QM entanglement of variables in perl

- NAME
- SYNOPSIS
- BACKGROUND
- DESCRIPTION
- Use of this module
- entangle
- Non-observational operations
- Observational Operators
- Dammit Jim, I can't change the laws of physics
- p_op
- p_func
- q_logic
- save_state
- QFT
- Quantum::Entanglement::show_states
- Entangling subroutines
- EXPORT
- AUTHOR
- SEE ALSO
- BUGS
- COPYRIGHT

Quantum::Entanglement - QM entanglement of variables in perl

use Quantum::Entanglement qw(:DEFAULT :complex :QFT);

my $c = entangle(1,0,i,1); # $c = |0> + i|1> my $d = entangle(1,0,1,1); # $d = |0> + |1>

$e = $c * $d; # $e now |0*0> + i|0*1> + |1*0> + i|1*1>, connected to $c, $d

if ($e == 1) { # observe, probabilistically chose an outcome # if we are here, ($c,$d) = i|(1,1)> print "* \$e == 1\n"; } else { # one of the not 1 versions of $e chosen # if we are here, ($c,$d) = |(0,0)> + i|(1,0)> + |(0,1)> print "* \$e != 1\n"; }

"Quantum Mechanics - the dreams that stuff is made of."

Quantum mechanics is one of the stranger things to have emerged from science over the last hundred years. It has led the way to new understanding of a diverse range of fundamental physical phenomena and, should recent developments prove fruitful, could also lead to an entirely new mode of computation where previously intractable problems find themselves open to easy solution.

While the detailed results of quantum theory are hard to prove, and even harder to understand, there are a handful of concepts from the theory which are more easily understood. Hopefully this module will shed some light on a few of these and their consequences.

One of the more popular interpretations of quantum mechanics holds that instead of particles always being in a single, well defined, state they instead exist as an almost ghostly overlay of many different states (or values) at the same time. Of course, it is our experience that when we look at something, we only ever find it in one single state. This is explained by the many states of the particle collapsing to a single state and highlights the importance of observation.

In quantum mechanics, the state of a system can be described by a set of numbers which have a probability amplitude associated with them. This probability amplitude is similar to the normal idea of probability except for two differences. It can be a complex number, which leads to interference between states, and the probability with which we might observe a system in a particular state is given by the modulus squared of this amplitude.

Consider the simple system, often called a *qubit*, which can take
the value of 0 or 1. If we prepare it in the following superposition
of states (a fancy way of saying that we want it to have many possible
values at once):

particle = 1 * (being equal to 1) + (1-i) * (being equal to 0)

we can then measure (observe) the value of the particle. If we do this, we find that it will be equal to 1 with a probability of

1**2 / (1**2 + (1-i)(1+i) )

and equal to zero with a probability of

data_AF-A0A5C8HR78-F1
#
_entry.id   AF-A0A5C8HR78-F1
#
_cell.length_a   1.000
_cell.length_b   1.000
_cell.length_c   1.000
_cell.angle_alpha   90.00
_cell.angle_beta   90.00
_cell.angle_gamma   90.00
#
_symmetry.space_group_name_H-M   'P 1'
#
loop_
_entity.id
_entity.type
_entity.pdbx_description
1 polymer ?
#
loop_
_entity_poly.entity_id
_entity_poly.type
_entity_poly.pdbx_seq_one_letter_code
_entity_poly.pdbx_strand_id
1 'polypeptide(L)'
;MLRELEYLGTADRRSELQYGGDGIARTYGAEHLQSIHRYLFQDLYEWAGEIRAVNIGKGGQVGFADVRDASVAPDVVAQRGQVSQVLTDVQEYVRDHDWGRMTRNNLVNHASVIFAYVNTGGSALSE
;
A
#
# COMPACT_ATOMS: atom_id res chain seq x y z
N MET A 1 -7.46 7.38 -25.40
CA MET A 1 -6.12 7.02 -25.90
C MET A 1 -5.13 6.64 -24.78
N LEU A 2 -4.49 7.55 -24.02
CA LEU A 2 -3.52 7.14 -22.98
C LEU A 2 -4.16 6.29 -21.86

(1+i)(1-i) / (1**2 + (1-i)(1+i) )

the factors on the bottom of each equation being necessary so that the chance of the particle ending up in any state at all is equal to one.

Observing a particle in this way is said to collapse the wave-function, or superposition of values, into a single value, which it will retain from then onwards. A simpler way of writing the equation above is to say that

particle = 1 |1> + (1-i) |0>

where the probability amplitude for a state is given as a 'multiplier'
of the value of the state, which appears inside the `| >`

pattern (this
is called a *ket*, as sometimes the *bra* or `< |`

, pattern appears
to the left of the probability amplitudes in these equations).

Much of the power of quantum computation comes from collapsing states and modifying the probability with which a state might collapse to a particular value as this can be done to each possible state at the same time, allowing for fantastic degrees of parallelism.

Things also get interesting when you have multiple particles together in the same system. It turns out that if two particles which exist in many states at once interact, then after doing so, they will be linked to one another so that when you measure the value of one you also affect the possible values that the other can take. This is called entanglement and is important in many quantum algorithms.

Essentially, this allows you to put variables into a superposition of states, have them interact with each other (so that all states interact) and then observe them (testing to see if they satisfy some comparison operator, printing them) which will collapse the entire system so that it is consistent with your knowledge.

As in quantum physics, the outcome of an observation will be the result of selecting one of the states of the system at random. This might affect variables other than the ones observed, as they are able to remember their history.

For instance, you can say:

$foo = entangle(1,0,1,1); # foo = |0> + |1> $bar = entangle(1,0,1,1); # bar = |0> + |1>

if at this point we look at the values of $foo or $bar, we will see them collapse to zero half of the time and one the other half of the time. We will also find that us looking at $foo will have no effect on the possible values, or chance of getting any one of those values, of $bar.